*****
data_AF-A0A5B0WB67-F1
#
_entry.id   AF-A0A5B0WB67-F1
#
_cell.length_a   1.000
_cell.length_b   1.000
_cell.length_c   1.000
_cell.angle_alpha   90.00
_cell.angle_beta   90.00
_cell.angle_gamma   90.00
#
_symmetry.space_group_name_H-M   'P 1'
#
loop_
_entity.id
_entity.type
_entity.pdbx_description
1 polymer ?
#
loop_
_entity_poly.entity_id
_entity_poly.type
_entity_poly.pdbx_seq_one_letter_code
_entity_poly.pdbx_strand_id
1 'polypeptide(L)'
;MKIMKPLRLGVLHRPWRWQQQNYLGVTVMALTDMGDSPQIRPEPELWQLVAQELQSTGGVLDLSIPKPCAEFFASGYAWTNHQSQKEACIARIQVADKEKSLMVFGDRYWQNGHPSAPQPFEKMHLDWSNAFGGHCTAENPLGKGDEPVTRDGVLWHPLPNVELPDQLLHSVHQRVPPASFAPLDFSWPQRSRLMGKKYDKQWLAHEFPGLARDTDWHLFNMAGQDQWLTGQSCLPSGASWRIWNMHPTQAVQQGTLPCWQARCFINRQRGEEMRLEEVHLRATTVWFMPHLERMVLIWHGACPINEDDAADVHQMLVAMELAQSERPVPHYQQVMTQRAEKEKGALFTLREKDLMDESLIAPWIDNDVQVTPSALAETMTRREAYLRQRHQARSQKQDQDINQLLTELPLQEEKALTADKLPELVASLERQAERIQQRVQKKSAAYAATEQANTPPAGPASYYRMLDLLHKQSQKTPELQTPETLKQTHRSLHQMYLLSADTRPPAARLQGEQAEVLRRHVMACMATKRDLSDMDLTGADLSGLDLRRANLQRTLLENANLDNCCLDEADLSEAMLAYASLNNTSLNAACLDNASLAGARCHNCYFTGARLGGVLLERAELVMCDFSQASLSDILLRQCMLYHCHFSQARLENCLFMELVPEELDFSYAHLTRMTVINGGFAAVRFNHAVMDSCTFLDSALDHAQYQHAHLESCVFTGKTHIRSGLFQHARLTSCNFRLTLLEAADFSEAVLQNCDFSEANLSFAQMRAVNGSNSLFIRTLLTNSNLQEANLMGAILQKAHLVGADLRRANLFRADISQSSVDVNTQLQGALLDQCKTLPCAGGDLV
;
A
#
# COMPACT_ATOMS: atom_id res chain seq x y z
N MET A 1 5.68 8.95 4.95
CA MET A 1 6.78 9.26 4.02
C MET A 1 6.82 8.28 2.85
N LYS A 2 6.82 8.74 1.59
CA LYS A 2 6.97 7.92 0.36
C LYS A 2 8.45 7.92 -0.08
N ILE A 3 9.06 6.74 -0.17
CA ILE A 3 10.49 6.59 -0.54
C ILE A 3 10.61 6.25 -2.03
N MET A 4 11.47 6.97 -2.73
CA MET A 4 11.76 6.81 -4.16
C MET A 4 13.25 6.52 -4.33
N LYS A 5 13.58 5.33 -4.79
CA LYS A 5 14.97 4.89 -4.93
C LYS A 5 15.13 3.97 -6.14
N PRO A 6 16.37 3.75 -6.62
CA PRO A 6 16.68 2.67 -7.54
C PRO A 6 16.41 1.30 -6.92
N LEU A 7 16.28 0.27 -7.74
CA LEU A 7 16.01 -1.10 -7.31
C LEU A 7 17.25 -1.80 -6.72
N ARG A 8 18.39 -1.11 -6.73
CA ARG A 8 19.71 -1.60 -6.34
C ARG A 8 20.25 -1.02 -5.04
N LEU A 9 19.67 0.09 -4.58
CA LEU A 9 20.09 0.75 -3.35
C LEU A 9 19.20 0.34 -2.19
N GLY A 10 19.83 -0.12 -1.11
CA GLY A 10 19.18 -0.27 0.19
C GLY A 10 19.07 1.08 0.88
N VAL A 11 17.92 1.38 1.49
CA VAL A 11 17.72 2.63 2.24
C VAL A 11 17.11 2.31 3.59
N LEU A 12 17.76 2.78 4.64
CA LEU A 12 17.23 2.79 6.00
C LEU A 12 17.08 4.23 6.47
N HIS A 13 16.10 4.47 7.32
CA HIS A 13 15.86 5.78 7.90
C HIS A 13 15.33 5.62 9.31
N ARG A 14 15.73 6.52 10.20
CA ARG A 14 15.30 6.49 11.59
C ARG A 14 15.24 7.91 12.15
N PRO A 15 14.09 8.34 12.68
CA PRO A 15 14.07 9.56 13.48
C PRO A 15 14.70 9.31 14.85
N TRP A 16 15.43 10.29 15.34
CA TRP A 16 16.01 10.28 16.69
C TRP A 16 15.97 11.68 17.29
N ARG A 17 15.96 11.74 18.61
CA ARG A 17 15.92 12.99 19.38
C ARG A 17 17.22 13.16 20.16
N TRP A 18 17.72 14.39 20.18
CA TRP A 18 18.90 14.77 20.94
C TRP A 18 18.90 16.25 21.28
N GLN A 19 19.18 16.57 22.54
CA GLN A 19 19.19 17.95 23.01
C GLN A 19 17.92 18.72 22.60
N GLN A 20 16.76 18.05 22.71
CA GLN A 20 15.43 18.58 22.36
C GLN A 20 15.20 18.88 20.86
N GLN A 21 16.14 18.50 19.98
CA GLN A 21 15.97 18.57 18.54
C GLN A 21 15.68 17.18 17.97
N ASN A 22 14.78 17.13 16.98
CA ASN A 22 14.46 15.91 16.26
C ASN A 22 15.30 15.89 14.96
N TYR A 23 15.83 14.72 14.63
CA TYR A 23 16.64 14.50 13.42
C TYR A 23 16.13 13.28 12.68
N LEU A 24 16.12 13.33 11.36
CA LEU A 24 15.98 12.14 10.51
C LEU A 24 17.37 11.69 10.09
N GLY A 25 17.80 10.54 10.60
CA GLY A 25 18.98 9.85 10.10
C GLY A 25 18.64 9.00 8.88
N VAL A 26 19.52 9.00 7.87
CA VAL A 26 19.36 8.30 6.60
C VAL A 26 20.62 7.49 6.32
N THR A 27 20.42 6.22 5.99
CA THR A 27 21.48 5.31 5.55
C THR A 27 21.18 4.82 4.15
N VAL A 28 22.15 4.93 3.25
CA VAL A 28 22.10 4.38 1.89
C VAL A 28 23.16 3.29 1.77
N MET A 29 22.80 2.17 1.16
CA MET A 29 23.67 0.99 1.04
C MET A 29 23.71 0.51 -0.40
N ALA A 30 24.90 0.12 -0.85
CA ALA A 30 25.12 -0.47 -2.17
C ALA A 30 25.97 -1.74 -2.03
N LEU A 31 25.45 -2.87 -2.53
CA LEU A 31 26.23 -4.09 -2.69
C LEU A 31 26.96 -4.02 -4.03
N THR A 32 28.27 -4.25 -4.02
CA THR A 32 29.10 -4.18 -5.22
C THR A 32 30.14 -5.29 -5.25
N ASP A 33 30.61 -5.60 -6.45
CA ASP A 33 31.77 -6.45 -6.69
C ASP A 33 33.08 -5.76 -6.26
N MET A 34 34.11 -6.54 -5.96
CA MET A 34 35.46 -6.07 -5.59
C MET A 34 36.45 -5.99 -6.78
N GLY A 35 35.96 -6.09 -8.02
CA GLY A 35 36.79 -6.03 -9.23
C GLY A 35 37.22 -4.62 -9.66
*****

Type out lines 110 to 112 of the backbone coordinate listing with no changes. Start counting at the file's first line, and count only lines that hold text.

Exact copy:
CA THR A 27 21.48 5.31 5.55
C THR A 27 21.18 4.82 4.15
N VAL A 28 22.15 4.93 3.25